We regularly appear in state and federal appellate court, and we have won significant victories shaping the law in Missouri and Illinois. Silverstein Wolf is prepared to take a case from initial filing through appeal and to co-counsel with trial attorneys, during trial and post-judgment.
We have successfully appealed and argued cases that have shaped federal and state law:
- Lampley v. Missouri Commission on Human Rights – the first Missouri Supreme Court decision to hold that sex or gender stereotyping is sex discrimination under the Missouri Human Rights Act.
- McBryde v. Ritenour – The first Missouri appellate decision upholding the standard that an employee need only prove discrimination was a “contributing factor” in their termination, as opposed to a “substantial” or “motivating” factor, and exclusive of “business judgment.”
- State ex rel. Dean v. Cunningham – The Missouri Supreme Court determined that plaintiffs can recover damages for emotional distress without providing their medical records to defendants.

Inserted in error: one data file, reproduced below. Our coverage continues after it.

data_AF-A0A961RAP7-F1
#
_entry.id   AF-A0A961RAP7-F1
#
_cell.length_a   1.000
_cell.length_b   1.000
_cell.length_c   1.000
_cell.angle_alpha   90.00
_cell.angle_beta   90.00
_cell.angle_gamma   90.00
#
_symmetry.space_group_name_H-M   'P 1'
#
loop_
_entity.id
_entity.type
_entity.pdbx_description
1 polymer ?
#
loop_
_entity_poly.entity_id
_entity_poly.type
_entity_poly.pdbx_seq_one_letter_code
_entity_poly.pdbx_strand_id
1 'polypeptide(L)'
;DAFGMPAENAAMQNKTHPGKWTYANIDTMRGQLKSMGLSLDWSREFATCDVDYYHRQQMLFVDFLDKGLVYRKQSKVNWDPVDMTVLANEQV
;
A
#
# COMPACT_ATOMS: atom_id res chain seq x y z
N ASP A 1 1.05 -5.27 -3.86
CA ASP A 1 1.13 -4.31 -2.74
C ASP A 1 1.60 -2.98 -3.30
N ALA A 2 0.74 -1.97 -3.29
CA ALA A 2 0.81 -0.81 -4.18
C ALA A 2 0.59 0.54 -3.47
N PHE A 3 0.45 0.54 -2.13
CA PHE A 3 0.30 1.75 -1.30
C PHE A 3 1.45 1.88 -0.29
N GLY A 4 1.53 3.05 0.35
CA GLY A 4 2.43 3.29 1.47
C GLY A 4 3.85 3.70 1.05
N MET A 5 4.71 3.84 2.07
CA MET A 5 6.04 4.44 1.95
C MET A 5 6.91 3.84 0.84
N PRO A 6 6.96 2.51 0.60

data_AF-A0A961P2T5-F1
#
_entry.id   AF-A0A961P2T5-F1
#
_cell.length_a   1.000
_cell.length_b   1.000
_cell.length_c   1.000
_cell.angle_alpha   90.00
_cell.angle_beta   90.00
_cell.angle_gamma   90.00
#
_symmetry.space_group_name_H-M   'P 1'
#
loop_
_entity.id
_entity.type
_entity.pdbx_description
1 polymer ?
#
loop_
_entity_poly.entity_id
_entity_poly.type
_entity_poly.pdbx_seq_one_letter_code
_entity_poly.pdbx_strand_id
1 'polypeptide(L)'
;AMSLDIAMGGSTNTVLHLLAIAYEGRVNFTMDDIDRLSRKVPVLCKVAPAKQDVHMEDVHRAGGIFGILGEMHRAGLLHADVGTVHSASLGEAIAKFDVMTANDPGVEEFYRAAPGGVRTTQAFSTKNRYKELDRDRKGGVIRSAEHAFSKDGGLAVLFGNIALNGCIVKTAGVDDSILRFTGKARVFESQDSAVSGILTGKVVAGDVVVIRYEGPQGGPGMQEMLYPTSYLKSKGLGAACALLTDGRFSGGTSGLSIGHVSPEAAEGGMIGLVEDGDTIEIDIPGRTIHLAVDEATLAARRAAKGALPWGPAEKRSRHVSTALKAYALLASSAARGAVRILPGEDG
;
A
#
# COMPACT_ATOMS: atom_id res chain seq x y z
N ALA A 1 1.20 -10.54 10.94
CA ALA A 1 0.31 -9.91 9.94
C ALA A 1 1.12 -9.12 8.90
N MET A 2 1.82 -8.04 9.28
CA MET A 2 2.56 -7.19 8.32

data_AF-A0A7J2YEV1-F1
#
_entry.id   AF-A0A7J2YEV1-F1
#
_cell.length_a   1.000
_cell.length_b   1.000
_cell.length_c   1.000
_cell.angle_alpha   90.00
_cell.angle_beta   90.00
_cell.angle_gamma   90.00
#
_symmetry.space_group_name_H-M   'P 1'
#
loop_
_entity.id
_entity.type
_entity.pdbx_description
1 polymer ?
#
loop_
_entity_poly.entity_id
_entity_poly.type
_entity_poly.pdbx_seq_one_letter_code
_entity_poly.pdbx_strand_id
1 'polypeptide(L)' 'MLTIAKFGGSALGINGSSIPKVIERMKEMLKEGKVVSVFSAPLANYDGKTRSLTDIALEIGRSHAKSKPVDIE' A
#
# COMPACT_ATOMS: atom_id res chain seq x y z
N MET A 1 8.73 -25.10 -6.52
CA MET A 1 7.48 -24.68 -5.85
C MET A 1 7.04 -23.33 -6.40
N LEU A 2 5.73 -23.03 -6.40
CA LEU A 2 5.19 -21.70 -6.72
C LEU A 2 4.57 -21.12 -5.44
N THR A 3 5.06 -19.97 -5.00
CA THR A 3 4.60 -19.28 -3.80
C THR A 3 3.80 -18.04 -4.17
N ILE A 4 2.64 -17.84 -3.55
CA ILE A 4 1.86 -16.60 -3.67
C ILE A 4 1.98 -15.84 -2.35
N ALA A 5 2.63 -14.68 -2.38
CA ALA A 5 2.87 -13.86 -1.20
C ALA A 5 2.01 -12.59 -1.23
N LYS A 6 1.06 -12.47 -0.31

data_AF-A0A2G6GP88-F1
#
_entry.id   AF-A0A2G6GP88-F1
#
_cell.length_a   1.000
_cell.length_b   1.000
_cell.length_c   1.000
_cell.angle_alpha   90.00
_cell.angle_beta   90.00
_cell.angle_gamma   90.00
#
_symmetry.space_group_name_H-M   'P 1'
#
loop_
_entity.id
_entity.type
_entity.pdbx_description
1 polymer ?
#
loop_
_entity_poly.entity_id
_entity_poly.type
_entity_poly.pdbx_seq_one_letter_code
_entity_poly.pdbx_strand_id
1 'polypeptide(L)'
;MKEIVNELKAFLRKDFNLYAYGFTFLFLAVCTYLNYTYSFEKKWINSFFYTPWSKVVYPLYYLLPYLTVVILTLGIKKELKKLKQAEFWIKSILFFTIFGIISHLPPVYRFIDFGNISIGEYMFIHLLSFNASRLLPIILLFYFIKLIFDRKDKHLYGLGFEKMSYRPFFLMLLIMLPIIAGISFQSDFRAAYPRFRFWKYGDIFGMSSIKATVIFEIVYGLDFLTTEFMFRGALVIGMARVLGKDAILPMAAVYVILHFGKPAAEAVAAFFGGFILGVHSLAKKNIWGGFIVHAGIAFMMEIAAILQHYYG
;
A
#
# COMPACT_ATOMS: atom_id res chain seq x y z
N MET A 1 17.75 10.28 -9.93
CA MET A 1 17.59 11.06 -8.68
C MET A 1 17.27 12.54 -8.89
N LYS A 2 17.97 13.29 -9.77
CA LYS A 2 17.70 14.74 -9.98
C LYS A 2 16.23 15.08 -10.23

- Hill v. Ford Motor Company – The Missouri Supreme Court held the contributing factor standard applied to retaliation cases brought under the Missouri Human Rights Act as well as to discrimination cases, and that individuals can be sued for employment discrimination.
- Michael v. Precision Alliance Group – the first Illinois whistleblower case to hold a whistleblower need not “directly report” illegal activity to law enforcement in order to state a common law retaliatory discharge claim (first appeal).
- In addition, our partners wrote the portion of the amicus brief for the Missouri Supreme Court in Daugherty v. Maryland Heights, successfully urging the rejection of the complex federal analysis applied in employment cases to determine if the suit would be allowed to proceed to trial.
- Doe v. City of Belleville – The United States Court of Appeals for the Seventh Circuit recognized a claim for same sex sexual harassment, holding that harassment based on stereotypes was unlawful.
We revel in the opportunity to advocate.